DR ANDY Ho's commentary ("Giving courtesy a shot in the arm"; last Thursday) was thought-provoking. It provided an interesting take on the perennial issue of maintaining civility in the face of changing social norms.
Dr Ho validly argued that simply passing a "law of respect" may not yield a greater level of civility in Singapore. This is because our society is still very much rooted in conventional Asian belief systems.
Indeed, legislating civility may not be necessary, given that Confucian ethics are subconsciously influencing our everyday interactions.
One might even argue that the upholding of personal image has incidentally spawned a self-policing system where most people think twice before behaving in a manner out of step with social norms.
Essentially, people do not want to act in a manner that would cause them to "lose face".
Such self-awareness is perhaps exercised more frequently today, where viral media platforms allow misdeeds to be spread rapidly, to the detriment of one's reputation.
Furthermore, any piece of legislation can achieve its intended purpose only if it is backed by an effective enforcement regime. It is difficult to foresee how enforcement of such a law can be carried out effectively and reliably without running the risk of violating one's private space and liberty.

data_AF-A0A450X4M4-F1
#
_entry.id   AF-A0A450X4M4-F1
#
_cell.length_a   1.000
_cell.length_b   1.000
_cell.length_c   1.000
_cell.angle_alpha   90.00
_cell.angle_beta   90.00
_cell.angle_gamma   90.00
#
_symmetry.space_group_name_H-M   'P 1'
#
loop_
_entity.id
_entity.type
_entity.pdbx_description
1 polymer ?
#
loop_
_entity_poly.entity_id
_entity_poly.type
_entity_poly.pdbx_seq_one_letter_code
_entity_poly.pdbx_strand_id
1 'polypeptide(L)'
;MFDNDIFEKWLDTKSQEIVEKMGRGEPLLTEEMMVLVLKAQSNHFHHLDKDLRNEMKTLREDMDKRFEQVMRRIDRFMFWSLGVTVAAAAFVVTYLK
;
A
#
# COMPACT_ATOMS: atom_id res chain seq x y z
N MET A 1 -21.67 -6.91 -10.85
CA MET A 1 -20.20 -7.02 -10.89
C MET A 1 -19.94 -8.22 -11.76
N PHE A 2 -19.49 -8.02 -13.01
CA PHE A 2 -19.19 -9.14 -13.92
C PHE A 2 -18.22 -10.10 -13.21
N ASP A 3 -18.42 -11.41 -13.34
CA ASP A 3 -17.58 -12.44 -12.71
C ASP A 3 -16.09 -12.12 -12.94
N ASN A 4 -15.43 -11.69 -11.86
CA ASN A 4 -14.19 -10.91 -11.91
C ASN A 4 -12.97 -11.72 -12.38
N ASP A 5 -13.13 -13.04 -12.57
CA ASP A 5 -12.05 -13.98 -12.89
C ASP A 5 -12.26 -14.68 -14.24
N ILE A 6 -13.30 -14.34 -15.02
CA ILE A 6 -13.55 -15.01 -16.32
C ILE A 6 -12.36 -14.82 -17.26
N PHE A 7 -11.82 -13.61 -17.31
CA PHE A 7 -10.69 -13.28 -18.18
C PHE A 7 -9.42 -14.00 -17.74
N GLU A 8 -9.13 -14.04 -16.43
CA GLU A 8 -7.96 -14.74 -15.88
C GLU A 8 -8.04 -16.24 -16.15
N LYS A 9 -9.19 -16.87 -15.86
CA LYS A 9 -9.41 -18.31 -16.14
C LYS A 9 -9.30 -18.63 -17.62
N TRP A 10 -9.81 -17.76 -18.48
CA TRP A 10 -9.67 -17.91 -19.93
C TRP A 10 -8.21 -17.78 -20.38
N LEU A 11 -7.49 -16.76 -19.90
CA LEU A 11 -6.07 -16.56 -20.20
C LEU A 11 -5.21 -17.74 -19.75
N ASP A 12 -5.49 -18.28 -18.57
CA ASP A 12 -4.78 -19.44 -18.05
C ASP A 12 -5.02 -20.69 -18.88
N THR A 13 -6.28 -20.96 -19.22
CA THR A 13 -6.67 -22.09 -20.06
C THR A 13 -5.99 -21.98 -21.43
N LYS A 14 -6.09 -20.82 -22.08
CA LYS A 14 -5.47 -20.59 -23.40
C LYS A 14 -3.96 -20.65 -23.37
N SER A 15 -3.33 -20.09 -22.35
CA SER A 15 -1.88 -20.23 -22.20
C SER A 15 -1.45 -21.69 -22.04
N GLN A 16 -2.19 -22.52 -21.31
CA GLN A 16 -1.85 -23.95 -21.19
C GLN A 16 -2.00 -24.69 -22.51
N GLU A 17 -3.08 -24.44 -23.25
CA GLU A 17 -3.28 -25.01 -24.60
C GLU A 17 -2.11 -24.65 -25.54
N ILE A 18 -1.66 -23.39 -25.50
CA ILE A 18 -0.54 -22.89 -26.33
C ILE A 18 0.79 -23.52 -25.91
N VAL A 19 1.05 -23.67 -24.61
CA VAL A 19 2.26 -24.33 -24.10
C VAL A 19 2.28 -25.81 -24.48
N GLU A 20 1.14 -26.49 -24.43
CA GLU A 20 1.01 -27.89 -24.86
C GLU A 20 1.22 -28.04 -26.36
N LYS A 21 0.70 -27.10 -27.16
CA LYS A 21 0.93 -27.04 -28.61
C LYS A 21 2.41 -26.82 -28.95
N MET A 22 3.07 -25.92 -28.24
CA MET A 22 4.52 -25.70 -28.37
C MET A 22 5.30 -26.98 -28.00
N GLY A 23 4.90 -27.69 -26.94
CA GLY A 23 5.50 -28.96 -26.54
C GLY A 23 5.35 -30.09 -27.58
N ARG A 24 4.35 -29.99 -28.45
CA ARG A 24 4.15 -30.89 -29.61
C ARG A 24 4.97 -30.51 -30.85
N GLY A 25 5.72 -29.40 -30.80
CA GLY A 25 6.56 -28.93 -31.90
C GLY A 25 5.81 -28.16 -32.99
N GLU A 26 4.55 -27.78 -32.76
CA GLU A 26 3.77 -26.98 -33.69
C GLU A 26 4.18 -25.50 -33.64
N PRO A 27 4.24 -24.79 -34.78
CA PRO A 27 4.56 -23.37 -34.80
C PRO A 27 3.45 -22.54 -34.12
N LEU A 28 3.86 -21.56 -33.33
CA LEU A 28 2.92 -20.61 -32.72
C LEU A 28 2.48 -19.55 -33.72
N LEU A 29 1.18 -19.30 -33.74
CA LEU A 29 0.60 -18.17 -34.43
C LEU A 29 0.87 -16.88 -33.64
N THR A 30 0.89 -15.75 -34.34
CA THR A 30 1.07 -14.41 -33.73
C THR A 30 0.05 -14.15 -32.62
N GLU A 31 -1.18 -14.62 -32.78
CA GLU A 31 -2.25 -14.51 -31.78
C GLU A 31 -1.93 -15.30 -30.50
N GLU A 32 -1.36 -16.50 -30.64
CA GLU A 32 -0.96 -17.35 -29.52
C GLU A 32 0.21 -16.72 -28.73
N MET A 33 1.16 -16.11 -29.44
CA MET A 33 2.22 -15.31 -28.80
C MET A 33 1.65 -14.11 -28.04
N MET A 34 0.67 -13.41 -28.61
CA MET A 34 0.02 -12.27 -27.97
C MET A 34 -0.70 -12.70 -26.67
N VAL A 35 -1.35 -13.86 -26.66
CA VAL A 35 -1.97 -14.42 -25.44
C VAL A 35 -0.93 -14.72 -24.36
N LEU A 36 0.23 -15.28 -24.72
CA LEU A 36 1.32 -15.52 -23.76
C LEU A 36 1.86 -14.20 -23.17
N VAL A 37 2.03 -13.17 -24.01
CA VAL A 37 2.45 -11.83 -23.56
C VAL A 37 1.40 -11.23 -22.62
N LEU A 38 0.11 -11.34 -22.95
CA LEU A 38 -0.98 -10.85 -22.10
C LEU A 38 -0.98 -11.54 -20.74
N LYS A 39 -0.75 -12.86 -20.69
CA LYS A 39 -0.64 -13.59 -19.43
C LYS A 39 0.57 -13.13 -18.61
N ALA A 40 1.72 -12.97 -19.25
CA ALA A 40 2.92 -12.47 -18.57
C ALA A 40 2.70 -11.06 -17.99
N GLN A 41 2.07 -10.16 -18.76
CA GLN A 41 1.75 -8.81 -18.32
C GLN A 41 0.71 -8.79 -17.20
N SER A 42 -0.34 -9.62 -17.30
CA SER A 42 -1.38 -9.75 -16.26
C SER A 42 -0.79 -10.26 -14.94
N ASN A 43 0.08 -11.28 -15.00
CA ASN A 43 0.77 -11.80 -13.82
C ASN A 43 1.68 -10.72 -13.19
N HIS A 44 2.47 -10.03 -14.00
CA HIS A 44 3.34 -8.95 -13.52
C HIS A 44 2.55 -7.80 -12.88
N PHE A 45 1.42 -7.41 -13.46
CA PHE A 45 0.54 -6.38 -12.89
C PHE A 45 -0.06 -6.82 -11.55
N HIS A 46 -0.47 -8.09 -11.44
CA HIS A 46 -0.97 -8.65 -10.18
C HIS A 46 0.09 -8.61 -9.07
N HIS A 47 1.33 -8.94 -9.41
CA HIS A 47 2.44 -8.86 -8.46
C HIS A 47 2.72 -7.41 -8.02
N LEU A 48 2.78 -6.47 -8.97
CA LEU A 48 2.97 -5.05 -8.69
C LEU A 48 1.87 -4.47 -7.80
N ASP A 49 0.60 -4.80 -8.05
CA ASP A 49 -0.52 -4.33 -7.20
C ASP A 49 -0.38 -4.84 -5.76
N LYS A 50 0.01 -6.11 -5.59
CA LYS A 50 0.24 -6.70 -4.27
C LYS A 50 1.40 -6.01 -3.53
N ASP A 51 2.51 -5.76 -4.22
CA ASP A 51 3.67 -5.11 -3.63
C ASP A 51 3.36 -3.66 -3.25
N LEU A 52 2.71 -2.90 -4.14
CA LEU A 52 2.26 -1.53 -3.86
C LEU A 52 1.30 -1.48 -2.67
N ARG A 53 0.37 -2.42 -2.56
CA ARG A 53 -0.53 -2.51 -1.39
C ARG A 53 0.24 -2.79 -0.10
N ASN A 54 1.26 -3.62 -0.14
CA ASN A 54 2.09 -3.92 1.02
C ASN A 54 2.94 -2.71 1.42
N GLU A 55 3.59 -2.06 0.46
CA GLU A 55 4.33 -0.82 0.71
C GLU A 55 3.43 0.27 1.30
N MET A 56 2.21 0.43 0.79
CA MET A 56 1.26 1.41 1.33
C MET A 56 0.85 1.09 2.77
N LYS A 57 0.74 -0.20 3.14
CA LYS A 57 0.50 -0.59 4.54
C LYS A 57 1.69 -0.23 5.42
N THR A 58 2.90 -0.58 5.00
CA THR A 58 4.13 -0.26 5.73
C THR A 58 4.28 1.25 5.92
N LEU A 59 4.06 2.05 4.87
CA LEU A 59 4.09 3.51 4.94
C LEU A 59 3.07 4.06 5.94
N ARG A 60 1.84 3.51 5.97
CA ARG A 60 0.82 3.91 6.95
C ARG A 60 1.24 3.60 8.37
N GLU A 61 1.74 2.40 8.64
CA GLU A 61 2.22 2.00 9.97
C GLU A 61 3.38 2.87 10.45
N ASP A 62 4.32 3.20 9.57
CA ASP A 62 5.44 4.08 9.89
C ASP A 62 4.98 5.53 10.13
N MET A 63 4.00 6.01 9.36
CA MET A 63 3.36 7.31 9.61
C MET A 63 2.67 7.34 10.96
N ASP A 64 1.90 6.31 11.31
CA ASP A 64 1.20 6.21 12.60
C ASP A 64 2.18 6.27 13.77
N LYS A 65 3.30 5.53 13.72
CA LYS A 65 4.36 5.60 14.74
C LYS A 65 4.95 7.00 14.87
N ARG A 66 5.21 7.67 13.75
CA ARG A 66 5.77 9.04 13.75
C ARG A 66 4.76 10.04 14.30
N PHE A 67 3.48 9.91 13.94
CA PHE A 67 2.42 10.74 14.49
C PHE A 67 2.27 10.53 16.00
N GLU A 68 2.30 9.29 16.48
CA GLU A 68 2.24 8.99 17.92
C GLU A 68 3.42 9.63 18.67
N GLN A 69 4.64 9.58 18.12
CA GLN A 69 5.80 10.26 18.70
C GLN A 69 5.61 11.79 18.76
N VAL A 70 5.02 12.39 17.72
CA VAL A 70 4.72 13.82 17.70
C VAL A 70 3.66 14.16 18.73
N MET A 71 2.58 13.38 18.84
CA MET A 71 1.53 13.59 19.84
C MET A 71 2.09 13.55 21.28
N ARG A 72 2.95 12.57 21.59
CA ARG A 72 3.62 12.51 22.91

While such a law is understandably well-intentioned, it is anathema to the concepts of self-restraint and mutual respect. It effectively renders self-discipline moot as it compels a certain code of conduct.
Thus, instead of adopting punitive measures to achieve a more civil society, initiatives should be adopted to incentivise civil behaviour in a bid to foster a more harmonious and liveable place that we can proudly call home.
Lin Weizhong, Reader
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